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Maidan 2.0? Anger in Ukraine Reaching Critical Mass

Hyperinflation and unemployment have made Ukrainians restless

The article originally appeared at German Economic News. Translated for RI by Anita Zalaldinova.

As a consequence of the falling hryvnia and rapidly rising inflation in Ukraine citizens now buy food in bulk. Moreover, Ukrainians will have to pay more for electricity starting in March. Public discontent is growing.

<figcaption>Ukrainian citizens prepare themselves for the worst</figcaption>
Ukrainian citizens prepare themselves for the worst

People in Ukraine fear that a similar economic failure as that after the collapse of the Soviet Union in 1991 could be repeated. Especially outside Kiev there are food shortages, hyperinflation and mass unemployment.

‘My business is on the edge of collapse and there are many other examples (...) Salaries are not being raised, inflation is growing and hryvnia is in free fall. I'm frightened about the future’, Bloomberg quoted the 65-year-old accountant in Kiev Valentina Lozova.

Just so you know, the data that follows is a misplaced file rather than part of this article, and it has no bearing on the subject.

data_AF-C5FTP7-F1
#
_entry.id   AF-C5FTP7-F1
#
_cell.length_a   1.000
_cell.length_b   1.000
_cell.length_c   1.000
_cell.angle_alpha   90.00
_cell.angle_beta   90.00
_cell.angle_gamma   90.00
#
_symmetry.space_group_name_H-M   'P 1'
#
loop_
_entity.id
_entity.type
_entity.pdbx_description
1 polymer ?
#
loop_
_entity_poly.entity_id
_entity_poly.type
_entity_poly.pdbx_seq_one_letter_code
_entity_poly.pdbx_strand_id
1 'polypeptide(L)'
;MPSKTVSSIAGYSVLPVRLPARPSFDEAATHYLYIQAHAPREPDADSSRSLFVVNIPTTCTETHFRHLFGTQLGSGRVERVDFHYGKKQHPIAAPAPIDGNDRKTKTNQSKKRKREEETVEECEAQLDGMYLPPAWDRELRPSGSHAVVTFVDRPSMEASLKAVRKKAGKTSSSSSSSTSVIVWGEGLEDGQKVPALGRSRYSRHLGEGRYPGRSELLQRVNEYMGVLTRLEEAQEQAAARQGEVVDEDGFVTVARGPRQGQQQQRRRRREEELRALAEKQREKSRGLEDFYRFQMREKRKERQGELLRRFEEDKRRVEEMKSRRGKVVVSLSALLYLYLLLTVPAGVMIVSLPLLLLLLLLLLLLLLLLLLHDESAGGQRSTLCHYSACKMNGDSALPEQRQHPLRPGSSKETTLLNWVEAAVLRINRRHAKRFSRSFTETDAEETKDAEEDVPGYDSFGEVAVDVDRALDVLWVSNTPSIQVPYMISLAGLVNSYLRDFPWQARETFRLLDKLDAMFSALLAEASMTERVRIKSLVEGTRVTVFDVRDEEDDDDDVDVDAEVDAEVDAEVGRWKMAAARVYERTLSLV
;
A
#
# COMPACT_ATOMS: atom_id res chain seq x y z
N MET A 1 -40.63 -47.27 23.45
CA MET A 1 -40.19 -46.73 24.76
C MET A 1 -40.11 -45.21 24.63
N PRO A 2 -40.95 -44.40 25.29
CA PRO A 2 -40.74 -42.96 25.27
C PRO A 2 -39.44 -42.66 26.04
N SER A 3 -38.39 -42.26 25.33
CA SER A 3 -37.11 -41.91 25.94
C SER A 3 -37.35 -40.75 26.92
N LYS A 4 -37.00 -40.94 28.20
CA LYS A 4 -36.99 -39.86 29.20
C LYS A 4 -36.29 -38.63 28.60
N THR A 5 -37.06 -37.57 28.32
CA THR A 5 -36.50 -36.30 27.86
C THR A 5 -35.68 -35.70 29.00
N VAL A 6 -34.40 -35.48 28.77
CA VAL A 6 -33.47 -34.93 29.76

The economy is expected to shrink by 12 percent and in January inflation rose to 28.5 percent. Last year hryvnia lost 62 percent of its value.

‘Every day I can see people in supermarkets who buy sacks of flour and grain s a reserve because of the inflation’,  says the 31-year-old Irina Lebiga who is looking for a buyer for her unprofitable sheep farm in Poltava.

Taxi driver Andriy Zaljeski reported that parking lots of hypermarkets are consistently full. 

‘People buy things like canned goods, flour, sugar, buckwheat noodles and toilet paper’, said Zaljeski.

Citigroup economist Ivan Chakarov says that there is a growing discontent among the population. Economic life will become even harder and the promises of ‘Street Revolution’ remain largely unfulfilled.

Civilian population of Ukraine, pinched by poverty in many parts of the country, pays 40 percent more for their electricity bills since March. By this route Kiev government fulfils the requirements of the IMF.

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